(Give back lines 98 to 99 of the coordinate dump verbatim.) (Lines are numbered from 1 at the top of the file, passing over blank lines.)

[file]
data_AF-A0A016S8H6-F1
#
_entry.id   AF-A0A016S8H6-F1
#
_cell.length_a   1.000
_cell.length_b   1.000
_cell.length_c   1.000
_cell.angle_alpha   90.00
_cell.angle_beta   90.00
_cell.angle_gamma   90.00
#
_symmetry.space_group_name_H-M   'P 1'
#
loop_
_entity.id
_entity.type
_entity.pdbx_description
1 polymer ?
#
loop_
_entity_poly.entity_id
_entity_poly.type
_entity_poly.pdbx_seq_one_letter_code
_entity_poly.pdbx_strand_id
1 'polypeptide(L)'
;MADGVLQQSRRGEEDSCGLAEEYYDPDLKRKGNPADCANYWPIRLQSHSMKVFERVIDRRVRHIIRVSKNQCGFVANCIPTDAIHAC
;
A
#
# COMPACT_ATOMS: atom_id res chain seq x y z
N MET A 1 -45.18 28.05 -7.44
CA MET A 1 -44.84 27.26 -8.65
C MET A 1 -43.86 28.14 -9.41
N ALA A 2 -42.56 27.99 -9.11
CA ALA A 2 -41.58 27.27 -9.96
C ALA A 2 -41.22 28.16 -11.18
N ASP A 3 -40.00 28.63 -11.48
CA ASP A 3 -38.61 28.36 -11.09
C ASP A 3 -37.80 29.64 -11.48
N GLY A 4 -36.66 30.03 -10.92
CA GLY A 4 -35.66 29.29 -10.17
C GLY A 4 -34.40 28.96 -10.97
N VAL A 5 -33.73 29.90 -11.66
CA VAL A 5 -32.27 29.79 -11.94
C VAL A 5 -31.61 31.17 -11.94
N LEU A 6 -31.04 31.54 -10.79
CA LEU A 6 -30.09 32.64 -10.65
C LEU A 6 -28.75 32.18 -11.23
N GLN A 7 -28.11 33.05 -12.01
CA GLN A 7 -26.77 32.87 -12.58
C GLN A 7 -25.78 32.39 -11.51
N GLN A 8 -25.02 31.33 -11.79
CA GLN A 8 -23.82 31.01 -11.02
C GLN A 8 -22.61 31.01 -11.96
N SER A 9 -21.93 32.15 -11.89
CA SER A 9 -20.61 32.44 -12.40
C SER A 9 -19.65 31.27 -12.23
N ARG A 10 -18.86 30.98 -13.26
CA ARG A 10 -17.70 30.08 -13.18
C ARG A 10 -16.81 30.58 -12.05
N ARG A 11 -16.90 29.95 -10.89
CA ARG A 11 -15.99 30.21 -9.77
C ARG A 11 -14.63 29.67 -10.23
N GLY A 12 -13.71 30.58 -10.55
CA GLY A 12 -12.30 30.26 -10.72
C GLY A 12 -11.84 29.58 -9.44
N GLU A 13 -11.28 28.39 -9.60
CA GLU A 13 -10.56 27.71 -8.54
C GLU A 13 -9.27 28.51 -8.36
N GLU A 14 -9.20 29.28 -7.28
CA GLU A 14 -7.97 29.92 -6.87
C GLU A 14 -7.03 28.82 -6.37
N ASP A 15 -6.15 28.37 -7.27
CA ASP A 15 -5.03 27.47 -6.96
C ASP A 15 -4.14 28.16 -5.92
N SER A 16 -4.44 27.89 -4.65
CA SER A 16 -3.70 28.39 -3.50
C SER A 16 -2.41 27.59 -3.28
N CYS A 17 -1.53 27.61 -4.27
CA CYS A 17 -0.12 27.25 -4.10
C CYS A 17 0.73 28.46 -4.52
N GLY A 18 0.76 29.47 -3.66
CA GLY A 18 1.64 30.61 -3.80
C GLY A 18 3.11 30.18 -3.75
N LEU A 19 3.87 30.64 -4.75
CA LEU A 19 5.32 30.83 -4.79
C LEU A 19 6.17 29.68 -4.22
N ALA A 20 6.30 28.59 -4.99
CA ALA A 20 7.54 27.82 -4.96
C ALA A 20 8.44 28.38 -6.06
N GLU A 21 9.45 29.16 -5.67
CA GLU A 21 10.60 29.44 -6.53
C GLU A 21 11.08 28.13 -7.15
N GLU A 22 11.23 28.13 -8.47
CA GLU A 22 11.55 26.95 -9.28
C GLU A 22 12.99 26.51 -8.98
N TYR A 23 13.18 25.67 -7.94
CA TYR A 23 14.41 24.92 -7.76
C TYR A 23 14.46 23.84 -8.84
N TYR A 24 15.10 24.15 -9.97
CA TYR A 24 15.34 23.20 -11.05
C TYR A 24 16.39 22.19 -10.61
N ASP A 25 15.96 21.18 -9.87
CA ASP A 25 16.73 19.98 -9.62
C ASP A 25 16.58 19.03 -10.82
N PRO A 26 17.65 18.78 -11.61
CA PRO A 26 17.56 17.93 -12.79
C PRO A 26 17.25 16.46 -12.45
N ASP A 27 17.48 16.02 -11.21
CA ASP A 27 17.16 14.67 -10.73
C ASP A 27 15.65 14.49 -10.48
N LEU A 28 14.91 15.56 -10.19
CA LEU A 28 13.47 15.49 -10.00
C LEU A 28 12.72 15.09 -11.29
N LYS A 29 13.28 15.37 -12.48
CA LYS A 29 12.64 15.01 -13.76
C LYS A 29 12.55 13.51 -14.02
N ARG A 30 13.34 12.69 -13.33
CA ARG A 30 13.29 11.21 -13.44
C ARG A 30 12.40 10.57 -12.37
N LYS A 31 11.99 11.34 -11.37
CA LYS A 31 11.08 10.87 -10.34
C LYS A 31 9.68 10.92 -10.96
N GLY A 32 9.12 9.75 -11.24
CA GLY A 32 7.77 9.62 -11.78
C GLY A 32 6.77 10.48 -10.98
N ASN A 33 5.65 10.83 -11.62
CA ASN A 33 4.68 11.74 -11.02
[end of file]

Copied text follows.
CA TYR A 23 14.41 24.92 -7.76
C TYR A 23 14.46 23.84 -8.84